In an August edition of the British Medical journal, it was reported that there has been an increase in the uptake of temporary tattoos.
Also, in one of the October issues of the British Medical Journal was a picture of ‘A pretty rash.’ This was a case of a 24-year old lady who had had a temporary tattoo on her left shoulder in the form of a trailing flower two weeks previously. A week or so later she had developed an itchy raised rash in the exact place of the tattoo.
Well, temporary tattoos are popular in children. They are advertised and sold as ‘henna’ tattoos and hence, temporary and natural. The henna that they purport to use is indeed a natural product. It is derived from the mashed up dried leaves of the Egyption privet tree, the dried product being mixed with water, lemon juice or tea to produce the paste which is then painted onto the skin. The colour holds for a few days and then wears away.
That’s okay then, isn’t it?
The ‘henna’ used in temporary tattoos is not the tradional henna used in India and Africa for traditional cultural practices. It is black henna.
That’s just henna that’s blacker then!
That’s true but the thing that is added to make it blacker is called paraphenylenediamine (PPD). PPD is found in hair dyes, which is permitted but it is illegal to use it in skin contact products such as temporary tattoos.
Why is that?
PPD is a potent sensitiser and is well renown for causing severe allergic reactions. Any of you who may dye your hair will know that your hairdresser should do a little test patch on your skin checking to see if you are allergic before dying all your hair.
Therefore, PPD applied directly to the skin as in temporary tattoos can cause a severe allergic skin reaction at the site of the tattoo and also can sensitise the child (usually) to anything that contains PPD for the rest of their lives.
But our kids only get their tattoos when they are on holiday…
That is often the case. A child I had seen in the paediatric dermatology clinic in the summer had had a black henna tattoo whilst on the family summer holiday at a beach parlour in Spain. I saw her with a widespread and spreading oozy eczema with significant facial swelling together with swelling and eczema of the arm where the tattoo had been applied. This would have been unusual for the first tattoo but on further questioning, her father admitted that this was the second tattoo the child had had.
I don’t understand that! Why does the severe reaction happen on the second exposure?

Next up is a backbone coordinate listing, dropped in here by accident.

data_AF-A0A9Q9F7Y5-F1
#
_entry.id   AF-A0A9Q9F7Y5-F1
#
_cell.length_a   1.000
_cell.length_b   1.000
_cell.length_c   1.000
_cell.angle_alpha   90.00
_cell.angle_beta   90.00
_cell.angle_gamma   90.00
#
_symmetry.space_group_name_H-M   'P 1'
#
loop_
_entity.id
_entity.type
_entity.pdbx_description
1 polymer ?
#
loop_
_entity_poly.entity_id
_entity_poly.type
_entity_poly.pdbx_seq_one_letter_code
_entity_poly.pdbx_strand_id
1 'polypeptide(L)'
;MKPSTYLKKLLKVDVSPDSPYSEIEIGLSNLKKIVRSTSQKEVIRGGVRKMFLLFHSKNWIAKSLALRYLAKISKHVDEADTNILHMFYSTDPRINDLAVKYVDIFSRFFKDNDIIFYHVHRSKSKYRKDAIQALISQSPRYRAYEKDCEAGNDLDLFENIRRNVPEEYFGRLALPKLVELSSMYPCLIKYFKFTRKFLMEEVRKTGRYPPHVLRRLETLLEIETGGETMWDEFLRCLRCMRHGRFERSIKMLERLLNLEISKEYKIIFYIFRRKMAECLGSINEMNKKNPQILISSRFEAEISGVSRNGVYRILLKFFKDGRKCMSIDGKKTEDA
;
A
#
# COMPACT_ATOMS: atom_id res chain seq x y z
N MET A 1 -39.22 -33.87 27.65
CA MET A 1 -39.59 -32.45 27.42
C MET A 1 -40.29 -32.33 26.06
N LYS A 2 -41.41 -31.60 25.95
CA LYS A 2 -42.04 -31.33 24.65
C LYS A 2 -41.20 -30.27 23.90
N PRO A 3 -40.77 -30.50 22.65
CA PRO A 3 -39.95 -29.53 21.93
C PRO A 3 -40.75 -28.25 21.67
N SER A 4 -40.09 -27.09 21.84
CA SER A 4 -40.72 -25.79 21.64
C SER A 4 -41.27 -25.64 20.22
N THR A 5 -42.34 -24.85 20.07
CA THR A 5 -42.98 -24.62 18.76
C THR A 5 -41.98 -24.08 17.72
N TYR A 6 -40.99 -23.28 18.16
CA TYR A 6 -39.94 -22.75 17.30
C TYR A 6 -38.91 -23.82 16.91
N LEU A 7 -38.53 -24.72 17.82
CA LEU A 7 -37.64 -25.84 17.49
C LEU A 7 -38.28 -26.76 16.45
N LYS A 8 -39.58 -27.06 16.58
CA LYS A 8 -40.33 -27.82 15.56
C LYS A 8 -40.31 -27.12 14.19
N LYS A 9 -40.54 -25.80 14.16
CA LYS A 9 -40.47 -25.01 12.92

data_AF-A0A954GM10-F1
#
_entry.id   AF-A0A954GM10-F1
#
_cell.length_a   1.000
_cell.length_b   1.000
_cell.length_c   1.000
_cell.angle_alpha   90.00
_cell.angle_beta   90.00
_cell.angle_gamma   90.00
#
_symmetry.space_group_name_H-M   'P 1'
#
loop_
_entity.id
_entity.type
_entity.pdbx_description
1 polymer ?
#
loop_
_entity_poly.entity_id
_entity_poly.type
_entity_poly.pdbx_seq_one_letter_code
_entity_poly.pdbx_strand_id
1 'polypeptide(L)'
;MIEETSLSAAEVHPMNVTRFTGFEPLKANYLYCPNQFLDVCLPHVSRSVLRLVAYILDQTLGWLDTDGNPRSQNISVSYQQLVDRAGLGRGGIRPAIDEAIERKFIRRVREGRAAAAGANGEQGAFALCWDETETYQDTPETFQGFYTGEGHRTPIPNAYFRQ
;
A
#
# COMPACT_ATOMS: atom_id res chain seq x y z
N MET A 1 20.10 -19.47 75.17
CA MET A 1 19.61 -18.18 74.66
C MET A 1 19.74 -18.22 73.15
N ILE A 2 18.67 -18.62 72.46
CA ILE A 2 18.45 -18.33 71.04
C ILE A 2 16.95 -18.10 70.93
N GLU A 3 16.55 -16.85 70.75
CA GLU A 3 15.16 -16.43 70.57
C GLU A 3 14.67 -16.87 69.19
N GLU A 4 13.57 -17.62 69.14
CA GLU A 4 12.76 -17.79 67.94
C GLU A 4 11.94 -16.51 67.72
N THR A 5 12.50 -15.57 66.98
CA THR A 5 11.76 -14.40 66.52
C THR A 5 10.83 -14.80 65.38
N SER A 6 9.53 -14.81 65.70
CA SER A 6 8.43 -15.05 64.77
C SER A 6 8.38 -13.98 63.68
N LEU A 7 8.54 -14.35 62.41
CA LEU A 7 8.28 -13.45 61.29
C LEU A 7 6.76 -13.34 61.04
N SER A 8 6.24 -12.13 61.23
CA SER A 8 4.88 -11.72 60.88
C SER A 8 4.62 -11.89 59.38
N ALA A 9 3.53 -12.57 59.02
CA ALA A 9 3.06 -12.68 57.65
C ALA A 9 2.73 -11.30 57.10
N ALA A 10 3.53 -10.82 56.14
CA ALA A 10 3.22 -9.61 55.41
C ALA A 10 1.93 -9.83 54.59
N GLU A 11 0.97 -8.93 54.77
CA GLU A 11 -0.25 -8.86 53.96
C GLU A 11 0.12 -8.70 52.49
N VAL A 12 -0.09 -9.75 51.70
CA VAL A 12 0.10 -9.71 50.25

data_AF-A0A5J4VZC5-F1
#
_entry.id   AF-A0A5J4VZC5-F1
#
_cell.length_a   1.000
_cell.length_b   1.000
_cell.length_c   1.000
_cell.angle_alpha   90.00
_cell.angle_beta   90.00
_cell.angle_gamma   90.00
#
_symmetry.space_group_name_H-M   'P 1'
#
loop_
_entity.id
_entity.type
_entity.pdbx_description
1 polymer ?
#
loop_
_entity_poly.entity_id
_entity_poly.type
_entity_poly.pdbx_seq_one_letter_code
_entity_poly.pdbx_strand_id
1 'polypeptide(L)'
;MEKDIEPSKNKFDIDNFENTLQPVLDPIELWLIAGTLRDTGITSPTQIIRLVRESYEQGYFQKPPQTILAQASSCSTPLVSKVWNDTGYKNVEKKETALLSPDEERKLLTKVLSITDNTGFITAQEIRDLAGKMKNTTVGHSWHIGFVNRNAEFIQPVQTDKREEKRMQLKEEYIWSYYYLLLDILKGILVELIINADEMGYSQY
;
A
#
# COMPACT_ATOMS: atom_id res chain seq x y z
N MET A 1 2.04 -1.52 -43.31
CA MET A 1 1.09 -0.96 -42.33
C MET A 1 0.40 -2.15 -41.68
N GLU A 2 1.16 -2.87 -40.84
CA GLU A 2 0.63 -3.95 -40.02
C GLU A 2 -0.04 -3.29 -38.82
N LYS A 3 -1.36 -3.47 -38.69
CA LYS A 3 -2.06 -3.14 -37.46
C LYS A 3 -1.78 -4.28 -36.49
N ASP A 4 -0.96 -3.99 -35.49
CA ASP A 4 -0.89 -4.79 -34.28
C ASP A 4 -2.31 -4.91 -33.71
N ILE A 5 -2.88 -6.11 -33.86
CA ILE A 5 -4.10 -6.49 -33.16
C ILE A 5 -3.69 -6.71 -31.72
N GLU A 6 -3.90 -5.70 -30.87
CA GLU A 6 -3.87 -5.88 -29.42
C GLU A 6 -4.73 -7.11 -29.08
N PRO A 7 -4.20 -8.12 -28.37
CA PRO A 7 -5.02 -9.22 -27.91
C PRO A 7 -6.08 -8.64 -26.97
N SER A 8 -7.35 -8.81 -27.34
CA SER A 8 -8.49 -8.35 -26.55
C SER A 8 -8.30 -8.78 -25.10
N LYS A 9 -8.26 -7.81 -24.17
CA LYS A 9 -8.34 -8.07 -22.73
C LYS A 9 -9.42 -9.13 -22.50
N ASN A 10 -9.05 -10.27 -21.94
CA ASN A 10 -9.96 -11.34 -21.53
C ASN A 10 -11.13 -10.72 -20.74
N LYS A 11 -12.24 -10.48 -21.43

That is because allergy is mediated by immune cells in the body. The first exposure is needed to sensitise or ‘prime’ the immune cells and hence the first exposure is usually limited to the site of exposure only, like the 24-year old lady mentioned at the beginning of the blog. On the second exposure, the immune cells are ready and primed and so the second exposure results in the more widespread reaction with severe and significant swelling and eczema and oozing.
The future problem…
A survey performed by the British Skin Foundation at the Annual British Association of Dermatologists meeting in Manchester in July 2015 revealed that 4 in 10 dermatologists (244 respondents) had seen reactions to black henna temporary tattoos. 1 in 20 of those dermatologists reported that most of the reactions were in children aged under 16 years. Half of these tattoos were done outside of Europe (where the legislation is less clear) but over a quarter (27%) were done in the UK. Two-thirds also reported an increase in reactions to hair dyes and many of these had previously had a black henna tattoo.
Only hair dyes need to be avoided then?
PPD is in hair dyes, usually the dark permanent hair dyes. It is, however also contained in printer ink and dark textile dyes. Hence these also need to be avoided lifelong.
And treatments for the reactions?
Localised reactions can be treated with topical steroid creams but more widespread generalised reactions may need a prolonged course of oral steroids. Some reactions can scar and in some, keloid scars may also result. Therefore, avoidance is key.
Dr Sandy Flann, Consultant dermatologist